Transportation Security Opportunism

TSA union calls for massive hiring to address long wait times</br>as it negotiates new contract

May 26, 2016

The union representing TSA workers entered negotiations with the agency that are more focused on allowing workers to wear shorts than the staffing levels it now claims are responsible for wait times that have caused thousands of passengers to miss their flights.

The American Federation of Government Employees, which represents 42,000 airport security workers, blamed staffing shortages for the delays that have wreaked havoc on American airports over the past two weeks. The union called on Congress to approve the hiring of 6,000 new TSA screeners—who would presumably become dues-paying union members—to cut wait times that have reached up to three hours.

TSA currently employs 42,000 workers, down from 47,000 in 2013. AFGE President J. David Cox called the delays a "direct result of Congress’ failure to give TSA the money it needs."

"Instead of ensuring that TSA has adequate funding to maintain sufficient staffing, Congress has imposed an arbitrary cap on the number of full-time TSA officers," the union said in a Monday blog post.

TSA first ratified a union contract in 2012 after an 11-year campaign to organize the workers—a move hailed by President Obama during his reelection campaign. Its first contract expired in December, and the bargaining agents have been in talks with the TSA since July 2015.

Workers have been voting to approve portions of the contract piecemeal. The union took the agency to arbitration to settle several area of dispute that it could not successfully negotiate in collective bargaining. One of the main areas of dispute was whether workers could wear shorts or different types of jackets.

"There are times that the employees are working in areas that shorts would be an appropriate uniform, as well as different types of jackets. There are times of the year they need heavier jackets than they do at other times of the year, and various combinations of uniforms," Cox told Federal News Radio in January.

Clothing also played a key role in the first contract when AFGE officials successfully demanded three free pairs of pants and shirts, as well as a $317 subsidy for future uniforms.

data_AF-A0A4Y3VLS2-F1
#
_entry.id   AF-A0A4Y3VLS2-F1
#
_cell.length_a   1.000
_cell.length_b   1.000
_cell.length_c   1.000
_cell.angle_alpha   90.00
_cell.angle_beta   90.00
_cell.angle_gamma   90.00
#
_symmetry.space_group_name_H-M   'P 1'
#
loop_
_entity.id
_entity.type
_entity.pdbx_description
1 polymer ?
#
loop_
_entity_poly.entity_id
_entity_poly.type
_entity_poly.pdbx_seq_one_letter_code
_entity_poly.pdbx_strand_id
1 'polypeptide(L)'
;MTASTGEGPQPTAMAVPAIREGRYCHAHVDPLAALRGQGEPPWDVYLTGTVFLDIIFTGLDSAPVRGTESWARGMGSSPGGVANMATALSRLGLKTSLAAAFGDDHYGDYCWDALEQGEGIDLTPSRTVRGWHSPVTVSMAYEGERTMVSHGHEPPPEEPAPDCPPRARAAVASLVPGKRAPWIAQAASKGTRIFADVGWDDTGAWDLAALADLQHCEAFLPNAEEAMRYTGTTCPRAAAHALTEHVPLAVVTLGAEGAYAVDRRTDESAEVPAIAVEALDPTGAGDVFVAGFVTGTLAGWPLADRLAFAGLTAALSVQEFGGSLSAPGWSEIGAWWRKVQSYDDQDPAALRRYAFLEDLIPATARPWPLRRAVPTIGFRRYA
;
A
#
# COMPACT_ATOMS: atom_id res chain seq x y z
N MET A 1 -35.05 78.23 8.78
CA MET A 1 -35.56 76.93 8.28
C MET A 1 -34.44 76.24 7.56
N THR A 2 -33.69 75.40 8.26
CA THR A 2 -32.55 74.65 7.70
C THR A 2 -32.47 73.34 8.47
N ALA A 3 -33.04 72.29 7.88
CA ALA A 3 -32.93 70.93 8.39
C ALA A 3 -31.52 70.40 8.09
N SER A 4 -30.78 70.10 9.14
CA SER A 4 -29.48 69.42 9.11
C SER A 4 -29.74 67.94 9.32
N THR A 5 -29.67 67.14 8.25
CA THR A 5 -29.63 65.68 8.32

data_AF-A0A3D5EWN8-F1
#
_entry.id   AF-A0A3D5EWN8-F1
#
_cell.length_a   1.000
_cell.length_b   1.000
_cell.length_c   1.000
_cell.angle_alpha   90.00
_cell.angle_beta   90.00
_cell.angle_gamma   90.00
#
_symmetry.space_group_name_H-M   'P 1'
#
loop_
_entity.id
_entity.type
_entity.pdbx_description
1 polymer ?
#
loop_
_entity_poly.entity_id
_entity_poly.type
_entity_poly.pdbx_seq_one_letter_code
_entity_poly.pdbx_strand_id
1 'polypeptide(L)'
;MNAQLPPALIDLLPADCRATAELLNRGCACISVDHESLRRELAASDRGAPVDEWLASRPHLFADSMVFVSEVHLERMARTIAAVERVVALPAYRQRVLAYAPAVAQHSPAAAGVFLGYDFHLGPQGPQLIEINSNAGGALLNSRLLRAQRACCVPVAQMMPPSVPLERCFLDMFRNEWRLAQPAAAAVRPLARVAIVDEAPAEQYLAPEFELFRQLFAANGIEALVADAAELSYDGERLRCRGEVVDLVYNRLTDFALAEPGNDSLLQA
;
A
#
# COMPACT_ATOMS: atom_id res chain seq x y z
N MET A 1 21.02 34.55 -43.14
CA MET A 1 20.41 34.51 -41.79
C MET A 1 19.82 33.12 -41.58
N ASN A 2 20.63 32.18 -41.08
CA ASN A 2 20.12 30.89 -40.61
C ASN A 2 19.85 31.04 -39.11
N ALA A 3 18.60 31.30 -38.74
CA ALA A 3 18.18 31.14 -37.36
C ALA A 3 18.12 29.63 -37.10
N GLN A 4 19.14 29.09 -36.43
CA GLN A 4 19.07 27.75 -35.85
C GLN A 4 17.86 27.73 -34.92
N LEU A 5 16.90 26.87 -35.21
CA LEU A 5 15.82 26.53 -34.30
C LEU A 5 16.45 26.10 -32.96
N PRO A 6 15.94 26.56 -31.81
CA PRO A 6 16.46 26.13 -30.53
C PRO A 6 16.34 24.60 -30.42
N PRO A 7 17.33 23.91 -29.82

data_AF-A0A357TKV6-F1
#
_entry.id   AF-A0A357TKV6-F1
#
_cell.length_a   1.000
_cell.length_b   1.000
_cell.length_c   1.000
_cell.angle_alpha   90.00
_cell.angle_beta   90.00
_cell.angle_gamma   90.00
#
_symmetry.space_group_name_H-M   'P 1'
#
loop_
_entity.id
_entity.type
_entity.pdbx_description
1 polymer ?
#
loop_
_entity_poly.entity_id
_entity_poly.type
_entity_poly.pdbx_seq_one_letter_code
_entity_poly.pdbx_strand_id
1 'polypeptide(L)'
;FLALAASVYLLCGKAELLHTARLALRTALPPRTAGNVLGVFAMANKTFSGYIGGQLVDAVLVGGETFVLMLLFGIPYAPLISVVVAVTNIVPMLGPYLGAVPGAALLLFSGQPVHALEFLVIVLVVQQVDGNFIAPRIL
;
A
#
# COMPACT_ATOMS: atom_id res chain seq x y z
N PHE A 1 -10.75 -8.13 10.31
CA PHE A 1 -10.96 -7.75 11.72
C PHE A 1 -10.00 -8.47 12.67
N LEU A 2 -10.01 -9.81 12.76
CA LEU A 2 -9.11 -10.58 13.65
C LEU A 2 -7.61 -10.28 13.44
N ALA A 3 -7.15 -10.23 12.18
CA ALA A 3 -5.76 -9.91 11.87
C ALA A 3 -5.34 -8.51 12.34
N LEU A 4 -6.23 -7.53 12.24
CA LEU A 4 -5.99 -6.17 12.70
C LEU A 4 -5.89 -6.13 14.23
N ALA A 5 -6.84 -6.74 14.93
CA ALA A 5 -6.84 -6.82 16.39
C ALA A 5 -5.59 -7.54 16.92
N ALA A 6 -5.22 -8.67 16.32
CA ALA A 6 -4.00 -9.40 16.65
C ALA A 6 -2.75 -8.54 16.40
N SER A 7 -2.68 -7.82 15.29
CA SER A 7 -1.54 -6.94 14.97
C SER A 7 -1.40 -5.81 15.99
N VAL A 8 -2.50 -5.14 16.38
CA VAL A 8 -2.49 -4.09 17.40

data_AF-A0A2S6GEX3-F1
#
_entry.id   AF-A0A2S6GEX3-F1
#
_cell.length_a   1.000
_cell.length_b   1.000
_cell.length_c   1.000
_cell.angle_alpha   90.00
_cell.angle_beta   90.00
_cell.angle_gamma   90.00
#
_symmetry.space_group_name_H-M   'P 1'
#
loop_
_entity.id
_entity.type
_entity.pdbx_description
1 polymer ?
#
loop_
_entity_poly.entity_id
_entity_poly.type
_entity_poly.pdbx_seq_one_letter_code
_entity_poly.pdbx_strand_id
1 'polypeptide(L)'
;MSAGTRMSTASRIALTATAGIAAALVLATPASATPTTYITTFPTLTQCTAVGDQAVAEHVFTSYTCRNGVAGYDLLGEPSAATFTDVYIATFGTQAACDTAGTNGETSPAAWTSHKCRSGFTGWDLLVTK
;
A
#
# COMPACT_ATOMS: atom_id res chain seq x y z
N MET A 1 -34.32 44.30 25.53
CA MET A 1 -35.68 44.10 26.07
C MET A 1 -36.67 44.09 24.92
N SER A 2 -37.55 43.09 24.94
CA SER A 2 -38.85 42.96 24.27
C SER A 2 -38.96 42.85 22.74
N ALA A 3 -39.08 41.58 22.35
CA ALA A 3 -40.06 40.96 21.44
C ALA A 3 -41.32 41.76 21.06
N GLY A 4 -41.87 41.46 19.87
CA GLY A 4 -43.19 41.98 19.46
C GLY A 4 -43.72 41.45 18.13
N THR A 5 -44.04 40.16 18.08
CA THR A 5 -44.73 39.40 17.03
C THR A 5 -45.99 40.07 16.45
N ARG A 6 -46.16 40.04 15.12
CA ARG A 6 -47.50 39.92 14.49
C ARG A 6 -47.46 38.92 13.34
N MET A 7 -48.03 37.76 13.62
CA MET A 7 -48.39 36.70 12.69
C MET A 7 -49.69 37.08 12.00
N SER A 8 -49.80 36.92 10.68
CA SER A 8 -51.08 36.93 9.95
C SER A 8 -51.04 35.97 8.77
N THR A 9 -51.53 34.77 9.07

"This agreement will mean better working conditions, fair evaluation practices and safer workplaces, and in doing so, it will improve morale," Cox said in a statement.

A union spokesman told the Washington Free Beacon that he was unsure whether staffing levels were a part of the current negotiations, though he said the union has been concerned that shortages could cause delays.

"It’s been a concern for a while because Congress has consistently cut back," he said. "It’s finally coming to a breaking point."

A TSA spokeswoman declined to comment on the collective bargaining talks since negotiations are ongoing. She said that the decline in staffing did play a role in recent delays, as did increased traffic volume and lagging enrollment in the TSA Pre-Check program, which is designed to speed up screening.

"TSA projected large numbers of travelers would enroll in the program, which would allow lower staffing needs. This led to budget requests of fewer TSO positions. Unfortunately the number of enrollees in the program has not been as high as projected," she said in an email.

Labor watchdogs said that the union’s renewed focus on staffing is an opportunistic attempt to boost funding. Patrick Semmens, spokesman for the National Right to Work Foundation, called the timing of the delays "very suspicious" given the union’s ongoing effort to get a new contract in place.

"It is very suspicious that this problem is popping up now, especially while negotiations between the TSA and AFGE union officials is ongoing," Semmens said. "It would hardly be the first time that union bosses inconvenience the public as a tactic for getting what they want from elected officials."

Semmens said that the contract dispute points to a pitfall of public sector unions: the system allows union officials rather than elected lawmakers to set major public policy.

"It is a clear example of the anti-democratic aspect of all government union monopoly bargaining, where instead of elected public officials determining public policy, union bargaining requires the government to negotiate and ultimately compromise the public interest," Semmens said.

Cox called the suggestion that the union is behind the slowdown "absolutely false." The union does not have the ability to bargain over staffing levels.

"Allegations of a work slowdown at TSA are absolutely false," Cox said in an email to the Washington Free Beacon. "Congress has not only failed to respond to the simple laws of supply and demand by providing adequate funding, but have actively diverted funds meant for air security to other projects."

Published under: Big Labor , TSA , Unions